There are currently 523 tamaraws in the mountains of Iglit-Baco in Occidental Mindoro, a 30% increase from last year’s count of 401. This milestone is a result of the joint efforts of Far Eastern University (FEU), the Department of Natural Resources (DENR), and the World Wildlife Fund for Nature (WWF) Philippines.
Another milestone is the recent sighting of at least 30 tamaraws in Oriental Mindoro, where the endemic beasts were last seen 130 years ago. Further survey and study of the area will be part of the future plans of the private-public partnerships.
The national land animal of the Philippines, as declared by the House Committee on Basic Education and Culture in December 2017, may have increased in number but is still in the list of the critically-endangered animals. Continuous efforts to protect the tamaraw are needed.
“In 2005, FEU launched its own efforts to protect the tamaraws. This year, FEU partners anew with WWF to strengthen our commitment to protecting the Tamaraws’ habitat,” explains FEU Director for Community Extension Services Dr. Marilou Cao.
Now on its second year, the TAMWorld Roving Exhibit intensifies its awareness campaign by giving the public an opportunity to learn more about the endemic tamaraws. After touring various FEU campuses in 2017, the exhibit will now be displayed around commercial malls, enabling more people to discover the world of tamaraws through photographs and artwork done by TAMBayani artist volunteers from various universities and art associations led by the FEU Fine Art alumni. Its first stop was at the Fora Mall in Tagaytay.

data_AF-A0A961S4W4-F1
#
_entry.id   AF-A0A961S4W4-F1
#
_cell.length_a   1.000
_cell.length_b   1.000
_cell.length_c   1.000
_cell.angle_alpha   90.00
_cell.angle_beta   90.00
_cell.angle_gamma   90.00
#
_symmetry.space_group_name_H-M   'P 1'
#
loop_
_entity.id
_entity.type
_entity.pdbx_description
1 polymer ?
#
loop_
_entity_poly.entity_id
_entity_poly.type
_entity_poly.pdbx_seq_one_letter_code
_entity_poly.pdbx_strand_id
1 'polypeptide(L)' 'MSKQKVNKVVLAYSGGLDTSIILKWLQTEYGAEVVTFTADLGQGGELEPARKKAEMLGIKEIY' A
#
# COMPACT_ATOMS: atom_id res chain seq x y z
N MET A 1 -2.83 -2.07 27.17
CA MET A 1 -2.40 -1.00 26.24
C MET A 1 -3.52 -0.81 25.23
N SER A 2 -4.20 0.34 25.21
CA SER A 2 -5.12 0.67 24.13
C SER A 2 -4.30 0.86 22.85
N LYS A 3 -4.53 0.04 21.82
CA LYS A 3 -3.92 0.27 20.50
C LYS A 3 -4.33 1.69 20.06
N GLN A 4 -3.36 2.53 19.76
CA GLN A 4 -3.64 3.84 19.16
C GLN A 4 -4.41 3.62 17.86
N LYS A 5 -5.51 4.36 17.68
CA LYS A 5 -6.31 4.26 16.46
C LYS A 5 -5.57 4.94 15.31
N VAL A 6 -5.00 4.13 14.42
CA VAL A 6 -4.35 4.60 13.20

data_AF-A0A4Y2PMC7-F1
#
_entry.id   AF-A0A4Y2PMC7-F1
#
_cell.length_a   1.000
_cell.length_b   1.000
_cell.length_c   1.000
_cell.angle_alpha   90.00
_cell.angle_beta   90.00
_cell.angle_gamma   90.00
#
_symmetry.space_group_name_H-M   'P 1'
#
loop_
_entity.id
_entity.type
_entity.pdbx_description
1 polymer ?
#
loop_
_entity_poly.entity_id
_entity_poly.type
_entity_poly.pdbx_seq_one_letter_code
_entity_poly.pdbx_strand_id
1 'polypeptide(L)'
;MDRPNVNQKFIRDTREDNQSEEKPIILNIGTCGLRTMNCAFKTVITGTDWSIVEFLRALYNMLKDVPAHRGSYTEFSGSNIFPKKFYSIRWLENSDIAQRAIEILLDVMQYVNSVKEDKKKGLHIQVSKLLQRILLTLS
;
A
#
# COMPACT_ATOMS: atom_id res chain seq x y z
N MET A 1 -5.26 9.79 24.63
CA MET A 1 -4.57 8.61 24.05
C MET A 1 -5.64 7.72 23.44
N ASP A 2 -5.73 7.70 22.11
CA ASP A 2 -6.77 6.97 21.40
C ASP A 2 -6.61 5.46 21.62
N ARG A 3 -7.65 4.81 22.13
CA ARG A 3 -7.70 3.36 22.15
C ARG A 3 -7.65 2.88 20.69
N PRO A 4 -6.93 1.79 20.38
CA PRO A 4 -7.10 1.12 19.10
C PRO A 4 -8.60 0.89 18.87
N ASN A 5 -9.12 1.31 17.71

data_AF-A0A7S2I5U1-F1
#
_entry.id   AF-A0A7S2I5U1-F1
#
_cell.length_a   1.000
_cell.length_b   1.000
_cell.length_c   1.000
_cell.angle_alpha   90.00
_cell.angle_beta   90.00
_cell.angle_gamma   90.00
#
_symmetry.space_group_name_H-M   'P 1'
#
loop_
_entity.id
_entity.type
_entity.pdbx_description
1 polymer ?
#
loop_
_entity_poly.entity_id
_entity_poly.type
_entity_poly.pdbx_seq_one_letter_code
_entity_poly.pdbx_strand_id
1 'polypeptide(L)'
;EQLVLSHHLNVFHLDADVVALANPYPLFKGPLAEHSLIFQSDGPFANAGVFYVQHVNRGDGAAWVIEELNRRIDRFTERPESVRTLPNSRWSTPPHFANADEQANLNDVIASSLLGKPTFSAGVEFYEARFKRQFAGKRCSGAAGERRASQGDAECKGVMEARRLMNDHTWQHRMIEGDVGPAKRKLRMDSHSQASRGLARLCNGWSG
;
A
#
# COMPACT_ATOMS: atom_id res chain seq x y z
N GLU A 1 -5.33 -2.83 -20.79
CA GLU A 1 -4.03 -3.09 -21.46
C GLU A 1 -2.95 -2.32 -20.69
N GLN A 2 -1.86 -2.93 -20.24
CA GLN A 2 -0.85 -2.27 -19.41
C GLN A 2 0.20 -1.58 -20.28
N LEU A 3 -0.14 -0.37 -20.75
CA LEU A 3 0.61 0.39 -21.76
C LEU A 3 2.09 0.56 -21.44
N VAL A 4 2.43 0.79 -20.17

To strengthen the objective of educating the next generation about the need for preservation of this endangered species and conservation of the environment, students from nearby schools and colleges in the CALABARZON area were also invited to participate in a series of interactive for a.
WWF President Jose Angelito Palma shared, “When we partnered with FEU in 2012, the objective was to double the number of tamaraws from then 300 to 600 by 2020, and we are getting there. It is not about breeding the tamaraws but it is about taking care of their habitats and working with communities that surround them that generated such positive results.”
“We also have programs support the needs of the tamaraw rangers because we believe that their service and sacrifice to protect the tamaraws played a large role in increasing in the population,” adds Cao.
The TAMWorld Roving Exhibit is a collaboration between FEU-Cavite, World Wide Fund for Nature (WWF) Philippines, Department of Tourism (Occidental & Oriental Mindoro), Educational Foundation, Department of Environment and Natural Resources (DENR), Tamaraw Conservation Program (TCP), Mindoro Biodiversity Conservation Foundation (MBCFI), and the Art Association Novaliches.